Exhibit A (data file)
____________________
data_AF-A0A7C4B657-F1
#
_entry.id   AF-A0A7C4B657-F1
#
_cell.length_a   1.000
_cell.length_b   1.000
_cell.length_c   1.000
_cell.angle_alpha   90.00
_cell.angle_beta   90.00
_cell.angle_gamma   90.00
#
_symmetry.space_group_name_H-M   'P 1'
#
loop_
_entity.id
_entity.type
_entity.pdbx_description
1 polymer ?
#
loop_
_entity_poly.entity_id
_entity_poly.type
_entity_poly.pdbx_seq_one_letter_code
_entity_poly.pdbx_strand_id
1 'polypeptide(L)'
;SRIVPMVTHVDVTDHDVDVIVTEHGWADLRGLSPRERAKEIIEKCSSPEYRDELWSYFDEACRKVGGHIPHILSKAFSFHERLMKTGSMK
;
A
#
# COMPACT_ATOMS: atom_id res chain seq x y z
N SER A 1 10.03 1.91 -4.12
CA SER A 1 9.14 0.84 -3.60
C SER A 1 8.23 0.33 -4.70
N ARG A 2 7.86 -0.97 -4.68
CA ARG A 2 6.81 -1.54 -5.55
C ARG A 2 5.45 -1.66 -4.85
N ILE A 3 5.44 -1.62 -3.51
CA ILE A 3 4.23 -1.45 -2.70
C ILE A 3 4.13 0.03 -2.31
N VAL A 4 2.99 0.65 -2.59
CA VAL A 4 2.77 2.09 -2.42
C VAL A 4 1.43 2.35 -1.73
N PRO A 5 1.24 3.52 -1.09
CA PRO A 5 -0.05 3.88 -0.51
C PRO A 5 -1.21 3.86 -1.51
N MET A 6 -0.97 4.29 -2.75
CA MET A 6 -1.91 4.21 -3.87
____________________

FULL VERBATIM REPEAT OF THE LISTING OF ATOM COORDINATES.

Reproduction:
data_AF-A0A7C4B657-F1
#
_entry.id   AF-A0A7C4B657-F1
#
_cell.length_a   1.000
_cell.length_b   1.000
_cell.length_c   1.000
_cell.angle_alpha   90.00
_cell.angle_beta   90.00
_cell.angle_gamma   90.00
#
_symmetry.space_group_name_H-M   'P 1'
#
loop_
_entity.id
_entity.type
_entity.pdbx_description
1 polymer ?
#
loop_
_entity_poly.entity_id
_entity_poly.type
_entity_poly.pdbx_seq_one_letter_code
_entity_poly.pdbx_strand_id
1 'polypeptide(L)'
;SRIVPMVTHVDVTDHDVDVIVTEHGWADLRGLSPRERAKEIIEKCSSPEYRDELWSYFDEACRKVGGHIPHILSKAFSFHERLMKTGSMK
;
A
#
# COMPACT_ATOMS: atom_id res chain seq x y z
N SER A 1 10.03 1.91 -4.12
CA SER A 1 9.14 0.84 -3.60
C SER A 1 8.23 0.33 -4.70
N ARG A 2 7.86 -0.97 -4.68
CA ARG A 2 6.81 -1.54 -5.55
C ARG A 2 5.45 -1.66 -4.85
N ILE A 3 5.44 -1.62 -3.51
CA ILE A 3 4.23 -1.45 -2.70
C ILE A 3 4.13 0.03 -2.31
N VAL A 4 2.99 0.65 -2.59
CA VAL A 4 2.77 2.09 -2.42
C VAL A 4 1.43 2.35 -1.73
N PRO A 5 1.24 3.52 -1.09
CA PRO A 5 -0.05 3.88 -0.51
C PRO A 5 -1.21 3.86 -1.51
N MET A 6 -0.97 4.29 -2.75
CA MET A 6 -1.91 4.21 -3.87